Thomas Jefferson Papers

From Thomas Jefferson to John Harvie, Jr., 11 January 1790

To John Harvie, Jr.

Monticello Jan. 11. 1790.

Dear Sir

In the year 1773. I obtained an order of council in these words. ‘At a council held March 11. 1773. On the petition of Thomas Jefferson, leave is given him to survey and sue out a patent for 1000. as. of land on the Southwest mountains in Albemarle between the lines of Thomas Mann Randolph, James Hickman, the said Petitioner, Martin Key, and William Watson. Copy. John Blair Cl. Conc.’ Immediately on Mr. Bryan’s coming into office, which was in June 1773. I notified this order to him and desired him to survey it. This notification being made, the law required nothing more of me than to await the summons of the surveyor when he should declare himself ready to proceed to the survey. But I valued the order too much to be quiet under it. I pressed Mr. Bryan to survey as soon as possible, and for fear that in the change of the land law which Mr. Mason was bringing forward, and in which he seemed disposed to respect very little the orders of council, I reinforced mine by two entries with the surveyor in these words. ‘Oct. 24.1 1774. Thomas Jefferson esq. enters for 800. acres of land to be included by two entries of 400. acres each to adjoin the lands of Thomas Mann Randolph on the South West mountains. Copy p. Anderson Bryan S.A.C.’ Mr. Bryan from that time till I left Virginia, at such times as suited him, endeavored to investigate the old lines by which my survey was to be bounded, in which the principal difficulty was to find the back line of Colo. Randolph. In some of these essays I accompanied him: sometimes he went alone; sometimes I went alone. When I left this country in Octob. 1783. I left him the strongest injunction to finish the survey, and a written request to Messrs. Lewis and Eppes, my attornies, to urge him incessantly to it. He had told me before that Mr. James Marks had insisted on entering in the same place, and that he had made the entry on the possibility of there being lands to spare. Mr. Marks had also spoken to me and asked me to let him share the vacant lands, which I expressly refused. As soon as I was gone however he induced William Hay assistant surveyor to run out for him 490. acres, before my prior title was satisfied, and leaving, as appeared when Walter Leak the succeeding assistant came to finish mine, only 485. acres. I am informed that Mr. Marks has conveyed to you his right to the 490. acres. You will be able to judge by the premises what that right could be. Between you and me I am sure there can be no difficulty. You desire nothing which is not just; nor do I. The order of council, as an appendage to my lands, to which they are contiguous, is too important to me to be neglected. If we differ in opinion about our right, let mutual friends be named to decide it, either in Albemarle or Richmond. In either case the deposition of Anderson Bryan is most material, and therefore I will be obliged to you to name somebody here who may attend on your behalf to take his deposition. The state of his health is such that he cannot come from home: therefore we shall be obliged to go to his house which I understand is about 20. miles from hence. This done, it may immediately be finished here or in Richmond, as you chuse; only let it be done before I leave the state. Be so good as to write me your pleasure by return of post.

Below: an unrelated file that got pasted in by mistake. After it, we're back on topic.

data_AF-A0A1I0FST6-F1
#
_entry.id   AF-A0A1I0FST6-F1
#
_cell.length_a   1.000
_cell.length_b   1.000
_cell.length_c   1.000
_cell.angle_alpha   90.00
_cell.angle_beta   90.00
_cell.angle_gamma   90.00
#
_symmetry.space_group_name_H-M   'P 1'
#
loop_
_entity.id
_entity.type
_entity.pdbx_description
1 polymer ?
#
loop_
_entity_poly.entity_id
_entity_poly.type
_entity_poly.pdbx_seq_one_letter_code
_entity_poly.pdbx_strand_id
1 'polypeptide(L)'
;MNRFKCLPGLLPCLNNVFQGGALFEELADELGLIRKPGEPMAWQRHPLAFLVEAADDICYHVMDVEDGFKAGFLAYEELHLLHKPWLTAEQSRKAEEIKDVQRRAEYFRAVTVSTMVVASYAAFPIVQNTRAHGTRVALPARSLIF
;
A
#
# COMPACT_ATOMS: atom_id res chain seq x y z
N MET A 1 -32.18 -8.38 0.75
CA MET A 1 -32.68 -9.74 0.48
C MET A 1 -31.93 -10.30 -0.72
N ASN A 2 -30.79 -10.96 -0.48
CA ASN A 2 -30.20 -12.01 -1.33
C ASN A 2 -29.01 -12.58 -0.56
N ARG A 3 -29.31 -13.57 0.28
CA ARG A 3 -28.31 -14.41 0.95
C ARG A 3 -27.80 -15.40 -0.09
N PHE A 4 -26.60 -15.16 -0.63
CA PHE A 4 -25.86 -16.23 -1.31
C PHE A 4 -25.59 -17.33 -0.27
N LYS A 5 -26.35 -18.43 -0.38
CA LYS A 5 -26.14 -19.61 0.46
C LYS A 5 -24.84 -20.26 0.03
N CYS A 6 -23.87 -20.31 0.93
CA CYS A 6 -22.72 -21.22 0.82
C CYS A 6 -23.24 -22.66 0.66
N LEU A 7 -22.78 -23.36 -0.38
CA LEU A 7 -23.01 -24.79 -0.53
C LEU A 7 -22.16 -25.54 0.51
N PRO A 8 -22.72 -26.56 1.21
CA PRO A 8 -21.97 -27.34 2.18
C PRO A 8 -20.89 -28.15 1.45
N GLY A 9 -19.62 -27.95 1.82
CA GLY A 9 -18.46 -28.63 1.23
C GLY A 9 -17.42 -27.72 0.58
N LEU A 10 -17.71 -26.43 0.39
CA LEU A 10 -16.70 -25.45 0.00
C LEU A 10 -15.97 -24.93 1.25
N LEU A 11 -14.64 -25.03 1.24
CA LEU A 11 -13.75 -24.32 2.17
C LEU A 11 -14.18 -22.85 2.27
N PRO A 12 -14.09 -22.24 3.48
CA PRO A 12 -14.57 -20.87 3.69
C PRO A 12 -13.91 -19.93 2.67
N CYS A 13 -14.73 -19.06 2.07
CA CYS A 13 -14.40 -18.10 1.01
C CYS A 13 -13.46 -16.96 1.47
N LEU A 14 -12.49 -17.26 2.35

I have not yet heard what success attended the opening of the locks of the canal on the 18th. of December. If you will be so good as to add a word on that subject in your letter you will oblige me.2—I state on the back hereof the two surveys in question, and am with sincere esteem Dear Sir Your friend & servt,

Th: Jefferson